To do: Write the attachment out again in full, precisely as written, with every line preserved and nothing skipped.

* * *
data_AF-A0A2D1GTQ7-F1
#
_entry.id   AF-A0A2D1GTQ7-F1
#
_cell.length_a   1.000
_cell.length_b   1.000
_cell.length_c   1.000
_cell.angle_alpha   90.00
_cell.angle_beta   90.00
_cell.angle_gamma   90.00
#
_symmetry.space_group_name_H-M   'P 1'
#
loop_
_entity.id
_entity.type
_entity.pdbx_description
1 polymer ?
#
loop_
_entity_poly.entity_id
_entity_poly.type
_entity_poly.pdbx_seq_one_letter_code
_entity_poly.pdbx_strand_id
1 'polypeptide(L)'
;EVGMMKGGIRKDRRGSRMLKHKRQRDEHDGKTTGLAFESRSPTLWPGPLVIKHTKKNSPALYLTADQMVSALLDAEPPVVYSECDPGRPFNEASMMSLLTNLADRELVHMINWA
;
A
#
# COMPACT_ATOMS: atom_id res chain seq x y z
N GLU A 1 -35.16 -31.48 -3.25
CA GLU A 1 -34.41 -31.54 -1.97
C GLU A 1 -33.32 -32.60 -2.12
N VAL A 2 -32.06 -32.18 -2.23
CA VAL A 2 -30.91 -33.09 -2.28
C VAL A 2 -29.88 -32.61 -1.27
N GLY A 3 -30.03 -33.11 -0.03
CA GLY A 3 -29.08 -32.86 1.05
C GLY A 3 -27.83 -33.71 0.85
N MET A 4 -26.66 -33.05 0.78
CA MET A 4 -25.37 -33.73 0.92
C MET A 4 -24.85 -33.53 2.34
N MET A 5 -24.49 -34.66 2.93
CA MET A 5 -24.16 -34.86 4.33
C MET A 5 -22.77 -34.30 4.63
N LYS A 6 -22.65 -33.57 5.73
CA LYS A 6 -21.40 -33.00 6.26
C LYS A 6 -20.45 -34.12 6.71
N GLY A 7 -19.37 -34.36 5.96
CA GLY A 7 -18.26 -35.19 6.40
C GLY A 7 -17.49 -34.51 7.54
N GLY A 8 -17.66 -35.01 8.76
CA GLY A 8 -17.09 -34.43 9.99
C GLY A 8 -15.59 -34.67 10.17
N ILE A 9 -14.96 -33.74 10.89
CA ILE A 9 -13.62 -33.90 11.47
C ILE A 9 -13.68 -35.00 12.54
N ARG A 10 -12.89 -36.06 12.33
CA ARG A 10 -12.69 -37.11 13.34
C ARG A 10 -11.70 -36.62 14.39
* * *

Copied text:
data_AF-A0A2D1GTQ7-F1
#
_entry.id   AF-A0A2D1GTQ7-F1
#
_cell.length_a   1.000
_cell.length_b   1.000
_cell.length_c   1.000
_cell.angle_alpha   90.00
_cell.angle_beta   90.00
_cell.angle_gamma   90.00
#
_symmetry.space_group_name_H-M   'P 1'
#
loop_
_entity.id
_entity.type
_entity.pdbx_description
1 polymer ?
#
loop_
_entity_poly.entity_id
_entity_poly.type
_entity_poly.pdbx_seq_one_letter_code
_entity_poly.pdbx_strand_id
1 'polypeptide(L)'
;EVGMMKGGIRKDRRGSRMLKHKRQRDEHDGKTTGLAFESRSPTLWPGPLVIKHTKKNSPALYLTADQMVSALLDAEPPVVYSECDPGRPFNEASMMSLLTNLADRELVHMINWA
;
A
#
# COMPACT_ATOMS: atom_id res chain seq x y z
N GLU A 1 -35.16 -31.48 -3.25
CA GLU A 1 -34.41 -31.54 -1.97
C GLU A 1 -33.32 -32.60 -2.12
N VAL A 2 -32.06 -32.18 -2.23
CA VAL A 2 -30.91 -33.09 -2.28
C VAL A 2 -29.88 -32.61 -1.27
N GLY A 3 -30.03 -33.11 -0.03
CA GLY A 3 -29.08 -32.86 1.05
C GLY A 3 -27.83 -33.71 0.85
N MET A 4 -26.66 -33.05 0.78
CA MET A 4 -25.37 -33.73 0.92
C MET A 4 -24.85 -33.53 2.34
N MET A 5 -24.49 -34.66 2.93
CA MET A 5 -24.16 -34.86 4.33
C MET A 5 -22.77 -34.30 4.63
N LYS A 6 -22.65 -33.57 5.73
CA LYS A 6 -21.40 -33.00 6.26
C LYS A 6 -20.45 -34.12 6.71
N GLY A 7 -19.37 -34.36 5.96
CA GLY A 7 -18.26 -35.19 6.40
C GLY A 7 -17.49 -34.51 7.54
N GLY A 8 -17.66 -35.01 8.76
CA GLY A 8 -17.09 -34.43 9.99
C GLY A 8 -15.59 -34.67 10.17
N ILE A 9 -14.96 -33.74 10.89
CA ILE A 9 -13.62 -33.90 11.47
C ILE A 9 -13.68 -35.00 12.54
N ARG A 10 -12.89 -36.06 12.33
CA ARG A 10 -12.69 -37.11 13.34
C ARG A 10 -11.70 -36.62 14.39